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Extremely slow performance using Code-First with Entity Framework 4.1 release

    Question

  • Our company is developing a new application, which has a somewhat large business data object at its core.  We decided to try out Entity Framework with code first to abstract the database from the application, but things have gone awry.  The business object is composed of approximately 60 classes, and in total around 600 properties; however, it is a tree structure and no crossover/backtracking pointers are present.

    Our test was to add a single, uninitialized instance of the class to the database.  Using DbContext.Add on our data structure took 8 minutes on my development machine.  Is this the expected performance of an object this size?  Is there a list of common problems that causes poor performance with Entity Framework?

    Some more data points: There are 27 elements in the first level under the root of the business object.  With 3 elements present (the rest commented out), the time to add is 4.5 seconds.  With 5 elements present, it is 11.8 seconds.  With 8 elements present, it is 1 minute 12.5 seconds.  Obviously, the size of these elements varies significantly, but these does seem to indicate a systematic problem of some sort.
    • Edited by Dave dps Monday, August 8, 2011 10:06 PM Added more data points.
    Monday, August 8, 2011 9:59 PM

Answers

  • We figured out there was a problem with how we were implementing our data structure.  One of the category classes was subscribing to the PropertyChanged events of its children.  This was just some experimental code someone had put in to play with a logging feature.  We only discovered this issue as we were trying to migrate to NHibernate, and it eventually crashed (which was good! -- it let us know something was wrong, and we could trace it).  EF didn't give us any information about there being a problem, other than it didn't finish for far too long.
    Saturday, August 20, 2011 12:35 PM

All replies

  • Hi dave,

    I am using code first too and i cant see such strange performance issues. I am initializing my database too with dbcontext and add operations. Its also a hierachical structure with appartments, rooms and room depending tables..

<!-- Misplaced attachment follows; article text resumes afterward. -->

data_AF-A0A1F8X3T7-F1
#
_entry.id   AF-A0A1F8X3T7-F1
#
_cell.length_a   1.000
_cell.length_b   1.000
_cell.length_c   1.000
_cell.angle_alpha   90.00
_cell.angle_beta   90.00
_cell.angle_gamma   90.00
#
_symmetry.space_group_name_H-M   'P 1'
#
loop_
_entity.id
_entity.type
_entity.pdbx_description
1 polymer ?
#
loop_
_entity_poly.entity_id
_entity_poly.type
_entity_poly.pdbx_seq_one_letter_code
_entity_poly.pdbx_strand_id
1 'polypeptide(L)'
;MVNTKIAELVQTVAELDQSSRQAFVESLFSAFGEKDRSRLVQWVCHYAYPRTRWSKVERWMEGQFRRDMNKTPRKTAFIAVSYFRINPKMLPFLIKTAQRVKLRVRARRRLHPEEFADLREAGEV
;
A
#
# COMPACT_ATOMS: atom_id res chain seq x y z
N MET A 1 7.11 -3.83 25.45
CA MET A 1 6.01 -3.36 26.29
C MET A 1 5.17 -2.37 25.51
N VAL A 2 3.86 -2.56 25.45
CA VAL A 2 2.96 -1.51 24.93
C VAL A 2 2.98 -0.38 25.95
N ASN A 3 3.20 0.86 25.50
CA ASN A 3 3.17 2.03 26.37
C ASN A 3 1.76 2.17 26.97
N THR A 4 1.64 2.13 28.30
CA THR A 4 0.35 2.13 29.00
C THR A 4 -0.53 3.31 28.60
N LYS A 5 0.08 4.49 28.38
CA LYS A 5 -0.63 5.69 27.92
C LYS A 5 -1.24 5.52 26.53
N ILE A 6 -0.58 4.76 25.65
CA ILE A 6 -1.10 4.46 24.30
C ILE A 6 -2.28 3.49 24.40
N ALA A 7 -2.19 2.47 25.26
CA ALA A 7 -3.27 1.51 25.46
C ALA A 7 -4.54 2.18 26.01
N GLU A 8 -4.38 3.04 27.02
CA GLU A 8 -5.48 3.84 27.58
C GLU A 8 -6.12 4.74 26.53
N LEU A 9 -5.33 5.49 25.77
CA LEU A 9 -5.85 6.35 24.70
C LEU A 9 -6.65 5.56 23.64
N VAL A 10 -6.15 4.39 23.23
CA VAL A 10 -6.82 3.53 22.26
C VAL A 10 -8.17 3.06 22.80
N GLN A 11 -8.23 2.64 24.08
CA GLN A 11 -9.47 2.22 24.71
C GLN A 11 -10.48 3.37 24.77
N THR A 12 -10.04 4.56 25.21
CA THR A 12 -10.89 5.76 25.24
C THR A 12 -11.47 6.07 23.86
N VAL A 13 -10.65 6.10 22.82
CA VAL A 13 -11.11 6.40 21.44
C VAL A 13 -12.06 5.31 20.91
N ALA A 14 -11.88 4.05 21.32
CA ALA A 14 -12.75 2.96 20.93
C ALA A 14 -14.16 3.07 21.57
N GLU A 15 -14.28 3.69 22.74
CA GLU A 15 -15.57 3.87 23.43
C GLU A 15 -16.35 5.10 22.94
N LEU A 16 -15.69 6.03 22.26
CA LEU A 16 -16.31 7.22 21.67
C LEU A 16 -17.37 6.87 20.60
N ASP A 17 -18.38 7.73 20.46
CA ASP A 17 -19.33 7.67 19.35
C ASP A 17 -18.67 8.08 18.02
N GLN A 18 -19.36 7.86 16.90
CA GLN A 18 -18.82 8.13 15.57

I create around 5 structures per second. A structure means a complete object with filled depending entites and so on. 

     things to consider when initializing a database, from my point of view are..

    1) use a granularity that makes sense 

    dont add 10.000 entites and call Commit(). Split it into groups of 20 or 50 depending on your object complexity.

    2) dont use one and the same db context. use a context per block.

    if you create 10.000 entites it will flood your memory if you dont split your initialization into blocks..

    3) disable autodetect changes  

    before adding any objects, disable with context.Configuration.AutoDetectChangesEnabled = false;

    Just make sure you enalbe it before you want to commit your changes.

    hope that helps a bit..

     

    greetings

    holger

    Tuesday, August 9, 2011 8:48 AM
  • Hi Dave,

    Welcome!

    Thanks for @Holger's reply. 

    To tell you truth, I haven't used EF in a big project. There is a Power tool generating pre-complied views to improve the performance. The more performance consideration is here: http://social.technet.microsoft.com/wiki/contents/articles/3901.aspx

    Hope it helps.

    Have a nice day.


    Alan Chen[MSFT]
    MSDN Community Support | Feedback to us
    Get or Request Code Sample from Microsoft
    Please remember to mark the replies as answers if they help and unmark them if they provide no help.

    Tuesday, August 9, 2011 11:42 AM
    Moderator
  • Hi Holger,  

    Thanks for your reply.  This test was for a single object, not 10,000.  And we did also turn tracking changes off.  Are there any other possibilities?

    Tuesday, August 9, 2011 2:20 PM
  • Hi Alan, 

    Thank you for your reply as well.  I will try to work with that pre-compiled views approach today and get back to you.

    Tuesday, August 9, 2011 2:21 PM
  • Hi dave,

    maybe you could try to split the savechanges of your huge object? 60 classes sounds like 60 tables and 60 navigation property and relations. if i understood you correctly. If you are able to split the object, try to build it not with one SaveChanges on the context. Create the depending objects, save them and put the FK into the object that holds the reference and so on.

    Sorry i dont have another idea. i ve never seen such a big busines object ;)

    holger

    Tuesday, August 9, 2011 9:55 PM
  • Hi,

    I am writing to check the status of the issue on your side.  Would you mind letting us know the result of the suggestions?

    If you need further assistance, please feel free to let me know.   I will be more than happy to be of assistance.

    Have a nice day.


    Alan Chen[MSFT]
    MSDN Community Support | Feedback to us
    Get or Request Code Sample from Microsoft
    Please remember to mark the replies as answers if they help and unmark them if they provide no help.

    Saturday, August 20, 2011 9:18 AM
    Moderator
  • We figured out there was a problem with how we were implementing our data structure.  One of the category classes was subscribing to the PropertyChanged events of its children.  This was just some experimental code someone had put in to play with a logging feature.  We only discovered this issue as we were trying to migrate to NHibernate, and it eventually crashed (which was good! -- it let us know something was wrong, and we could trace it).  EF didn't give us any information about there being a problem, other than it didn't finish for far too long.
    Saturday, August 20, 2011 12:35 PM